Exposure to risk in interventions
Some argue that interventions encourage young drivers to get their licence earlier.
This is due to the fact that interventions often offer advice on how to get a driving license or offer practice in a car/skid training.
This is said to increase their exposure to risk…
Evaluations of YDIs in Scotland show that this hands-on element of the intervention is often extremely popular amongst young people, who request more of things like the ‘driving simulator’.
The popularity of an activity does not necessarily bear relation to it’s usefulness in promoting behaviour change. These interventions may be accused of causing harm to young people but, currently, there is no evidence to prove this in the Scottish context.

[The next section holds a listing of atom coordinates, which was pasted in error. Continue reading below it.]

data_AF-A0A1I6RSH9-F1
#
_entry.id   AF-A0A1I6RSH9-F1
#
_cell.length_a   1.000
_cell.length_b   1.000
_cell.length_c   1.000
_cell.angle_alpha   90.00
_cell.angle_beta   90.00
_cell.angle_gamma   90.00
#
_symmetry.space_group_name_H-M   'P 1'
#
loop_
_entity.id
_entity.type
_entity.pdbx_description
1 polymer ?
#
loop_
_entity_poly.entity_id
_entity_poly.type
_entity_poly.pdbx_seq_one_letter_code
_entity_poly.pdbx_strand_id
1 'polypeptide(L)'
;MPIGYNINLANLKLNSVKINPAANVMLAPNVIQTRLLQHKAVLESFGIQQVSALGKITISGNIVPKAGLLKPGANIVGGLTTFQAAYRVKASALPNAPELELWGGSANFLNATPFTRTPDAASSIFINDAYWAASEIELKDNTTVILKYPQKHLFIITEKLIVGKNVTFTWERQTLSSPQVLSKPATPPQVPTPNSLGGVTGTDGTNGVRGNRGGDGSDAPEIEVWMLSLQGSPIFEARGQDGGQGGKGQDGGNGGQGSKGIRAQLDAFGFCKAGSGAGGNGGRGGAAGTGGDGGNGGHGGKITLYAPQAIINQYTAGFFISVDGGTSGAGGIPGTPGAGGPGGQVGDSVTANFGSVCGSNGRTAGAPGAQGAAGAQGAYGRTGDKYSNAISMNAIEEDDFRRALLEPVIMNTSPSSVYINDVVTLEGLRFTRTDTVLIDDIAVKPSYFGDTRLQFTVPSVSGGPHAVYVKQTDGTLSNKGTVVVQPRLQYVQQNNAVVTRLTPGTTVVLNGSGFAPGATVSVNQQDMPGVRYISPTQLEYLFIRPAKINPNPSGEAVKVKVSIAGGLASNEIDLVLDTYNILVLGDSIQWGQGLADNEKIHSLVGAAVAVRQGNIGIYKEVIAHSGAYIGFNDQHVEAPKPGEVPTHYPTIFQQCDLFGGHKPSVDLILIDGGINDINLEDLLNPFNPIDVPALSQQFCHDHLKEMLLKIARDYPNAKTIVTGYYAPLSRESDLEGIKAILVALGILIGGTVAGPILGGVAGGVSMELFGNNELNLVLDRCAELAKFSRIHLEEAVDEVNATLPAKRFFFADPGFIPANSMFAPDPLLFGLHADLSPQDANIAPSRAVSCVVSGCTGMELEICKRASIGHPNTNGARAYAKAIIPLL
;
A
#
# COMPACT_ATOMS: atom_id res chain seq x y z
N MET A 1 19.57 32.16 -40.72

Interventions increase confidence
Interventions can increase confidence about their driving abilities in novice drivers, without increasing competence, which when combined with getting a license earlier than they might otherwise, can lead to increased crash risk.
Effects of high school driver education on motor vehicle crashes, violations, and licensure. Vernick, J. S., Li, G., Ogaitis, S., MacKenzie, EJ., Baker, SP., Gielen, AC. (1999), American-Journal-of-Preventive-Medicine. 16(1), 40-46.
School Based Driver Education for the Prevention of Traffic Crashes (Review). Roberts, I., Kwan. I. and the Cochrane Injuries Group Driver Education Reviewers (2005) The Cochrane Collaboration. London: Wiley.